Last year we had an issue with kids throwing pumpkins at our mailbox. I don't know how many of you suffer from the same disease we do here with regards to no brains and pumpkins, but it's a yearly illness that routinely takes out the mailboxes. Sometimes they get tired of waiting and use a baseball bat -- they've even been known to use a car. But this time, it was a pumpkin. We weren't the only ones struck by the onset of the disease, there were several other mailboxes that suffered a similar fate.
Well -- it was sad news. We had just purchased a new mailbox to replace our old rusting metal one. This new one was black (which wasn't my first choice, but when you are looking for cheap, white is usually more expensive.) and my hubby insisted I paint our name on it. I humored him and painted it up, adding my traditional ladybug, and all. He proudly mounted it on the post we share with our neighbor, and we were happy with life.
Sure enough -- this was the same mailbox that was smashed with a pumpkin. It hit our neighbors as well, but our box took the brunt of it. It took some of the paint off where I'd painted our name, and took the door off, as well as knocking it off the post.
Our first impulse was not to replace it, I mean, I didn't want to keep painting on mailboxes -- what if that was the reason for the pumpkin? (grin) So, we put the old metal one back out there and hoped it would last a while longer.
Surprise, surprise, we found one to replace the black one at a yard sale or DI, I can't quite remember which. The point was, it was like $2 and a little more solid that the other one we'd purchased. Hubby informs me that I need to paint this one too.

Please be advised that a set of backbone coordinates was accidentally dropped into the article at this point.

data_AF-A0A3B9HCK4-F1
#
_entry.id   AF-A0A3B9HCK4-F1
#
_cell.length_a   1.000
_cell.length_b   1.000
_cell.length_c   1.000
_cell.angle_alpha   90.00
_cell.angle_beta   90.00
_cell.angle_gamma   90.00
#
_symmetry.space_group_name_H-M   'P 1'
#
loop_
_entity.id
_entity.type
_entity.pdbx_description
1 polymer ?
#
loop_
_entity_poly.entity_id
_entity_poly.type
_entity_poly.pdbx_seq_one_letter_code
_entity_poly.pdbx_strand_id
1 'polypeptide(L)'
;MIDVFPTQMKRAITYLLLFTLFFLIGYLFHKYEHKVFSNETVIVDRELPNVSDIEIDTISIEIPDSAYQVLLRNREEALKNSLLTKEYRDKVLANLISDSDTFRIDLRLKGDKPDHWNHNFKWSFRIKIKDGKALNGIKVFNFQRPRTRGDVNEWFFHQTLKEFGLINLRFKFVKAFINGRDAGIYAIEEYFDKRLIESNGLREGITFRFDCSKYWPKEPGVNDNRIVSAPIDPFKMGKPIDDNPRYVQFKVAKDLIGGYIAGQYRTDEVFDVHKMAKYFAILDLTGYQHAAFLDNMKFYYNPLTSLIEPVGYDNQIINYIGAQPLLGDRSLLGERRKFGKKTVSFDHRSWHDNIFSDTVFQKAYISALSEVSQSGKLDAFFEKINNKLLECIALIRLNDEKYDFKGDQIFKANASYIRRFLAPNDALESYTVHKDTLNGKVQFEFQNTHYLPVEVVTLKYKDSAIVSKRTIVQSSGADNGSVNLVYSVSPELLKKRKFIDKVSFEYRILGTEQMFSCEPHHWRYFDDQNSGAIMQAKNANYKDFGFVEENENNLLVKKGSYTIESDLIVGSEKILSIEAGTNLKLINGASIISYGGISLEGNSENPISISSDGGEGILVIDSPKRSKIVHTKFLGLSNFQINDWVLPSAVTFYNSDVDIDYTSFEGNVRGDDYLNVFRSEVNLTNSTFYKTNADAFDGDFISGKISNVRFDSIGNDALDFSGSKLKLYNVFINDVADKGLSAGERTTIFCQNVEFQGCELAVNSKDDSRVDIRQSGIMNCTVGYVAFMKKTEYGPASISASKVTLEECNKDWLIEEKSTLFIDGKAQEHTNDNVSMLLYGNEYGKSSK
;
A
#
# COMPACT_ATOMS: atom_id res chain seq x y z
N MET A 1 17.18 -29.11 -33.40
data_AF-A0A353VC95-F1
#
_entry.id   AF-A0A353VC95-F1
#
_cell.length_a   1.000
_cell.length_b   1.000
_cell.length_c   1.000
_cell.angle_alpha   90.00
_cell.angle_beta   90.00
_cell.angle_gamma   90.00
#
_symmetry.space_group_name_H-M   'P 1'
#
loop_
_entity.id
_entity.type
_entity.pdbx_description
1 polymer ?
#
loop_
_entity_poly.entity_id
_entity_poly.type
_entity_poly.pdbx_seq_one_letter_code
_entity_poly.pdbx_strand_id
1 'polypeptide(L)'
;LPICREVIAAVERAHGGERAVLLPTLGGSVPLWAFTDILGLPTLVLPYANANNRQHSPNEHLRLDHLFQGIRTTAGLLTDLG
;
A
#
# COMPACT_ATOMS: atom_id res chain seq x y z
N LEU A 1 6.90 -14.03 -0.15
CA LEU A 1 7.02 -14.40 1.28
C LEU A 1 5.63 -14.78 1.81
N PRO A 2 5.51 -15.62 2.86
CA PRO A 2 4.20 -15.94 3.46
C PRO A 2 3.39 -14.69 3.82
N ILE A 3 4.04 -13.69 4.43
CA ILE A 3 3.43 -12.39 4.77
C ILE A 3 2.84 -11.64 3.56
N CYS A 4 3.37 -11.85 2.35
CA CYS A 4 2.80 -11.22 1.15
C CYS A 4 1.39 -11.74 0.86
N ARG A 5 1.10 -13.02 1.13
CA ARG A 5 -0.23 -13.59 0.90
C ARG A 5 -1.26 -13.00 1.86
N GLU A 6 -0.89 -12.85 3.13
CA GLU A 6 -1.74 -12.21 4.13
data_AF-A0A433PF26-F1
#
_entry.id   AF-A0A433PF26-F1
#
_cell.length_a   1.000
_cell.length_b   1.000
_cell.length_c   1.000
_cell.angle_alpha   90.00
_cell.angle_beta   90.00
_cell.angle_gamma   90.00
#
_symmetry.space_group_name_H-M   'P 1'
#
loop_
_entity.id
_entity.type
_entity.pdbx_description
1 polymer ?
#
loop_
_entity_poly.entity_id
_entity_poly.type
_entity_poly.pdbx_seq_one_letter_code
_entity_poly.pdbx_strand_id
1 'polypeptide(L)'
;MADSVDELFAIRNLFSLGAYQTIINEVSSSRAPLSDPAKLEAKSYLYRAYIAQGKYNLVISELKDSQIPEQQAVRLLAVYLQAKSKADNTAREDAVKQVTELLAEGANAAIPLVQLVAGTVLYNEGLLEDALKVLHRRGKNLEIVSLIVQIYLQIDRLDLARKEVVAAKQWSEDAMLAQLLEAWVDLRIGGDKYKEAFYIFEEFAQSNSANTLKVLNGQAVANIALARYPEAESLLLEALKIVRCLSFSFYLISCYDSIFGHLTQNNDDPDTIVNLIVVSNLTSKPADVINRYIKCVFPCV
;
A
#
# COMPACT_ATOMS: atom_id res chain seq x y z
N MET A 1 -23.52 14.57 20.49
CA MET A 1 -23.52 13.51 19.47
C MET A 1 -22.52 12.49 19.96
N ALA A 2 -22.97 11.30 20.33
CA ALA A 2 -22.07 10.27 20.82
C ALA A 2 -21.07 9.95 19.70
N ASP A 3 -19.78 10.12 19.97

This was about six months ago.
That's right...the thing has been sitting in our house, waiting for it's application of paint before it took it's place beside the curb. Well, finally last Saturday, I painted it. I used the new paint hubby gave me for Christmas -- water soluble oil paint.
Now, I usually don't like oil paint. It's messy (I'm a messay painter, usually getting paint on me, clothes, furniture, easel, etc.), the clean up really smells, and it takes FOREVER to dry. But when we found this water soluble (or in other words, clean up is with soap and water) I was excited. There's nothing quite like oil paint for mixing colors and getting a smooth effect. I had forgotten all about it until Saturday.
By the time I was finished, I wanted to go paint something else. I had a very small sampling of colors, as it was a beginning kit, but I was able to do everything I wanted with it, and with a small amount of paint. I'm used to working with acrylic, and I generally go through tubes of the stuff. (This is why they talk about starving artist...supplies are not cheap.)
This is what the side looks like:
And this is what I did on the front:
I thought it turned out rather well, myself. It reminded me alot of tole painting. When I first moved to Utah, my foster mom (which later became my MOM) took me to tole painting classes. She was always doing some kind of crafty or painting thing -- she even took the woodshop class at the local high school, making hope chests for my sisters and a bedside table for me. Anyway, I loved that class. I've pretty much forgotten the real technique, but some of it came back just working with the paint. It was wonderful. sigh.
So now the paint has finally dried...(it only took four days) and I can tell my hubby to stick it out on the stand. I'm just glad it has a few months before the worry of pumpkinitis hits again.
Return to the Neighborhood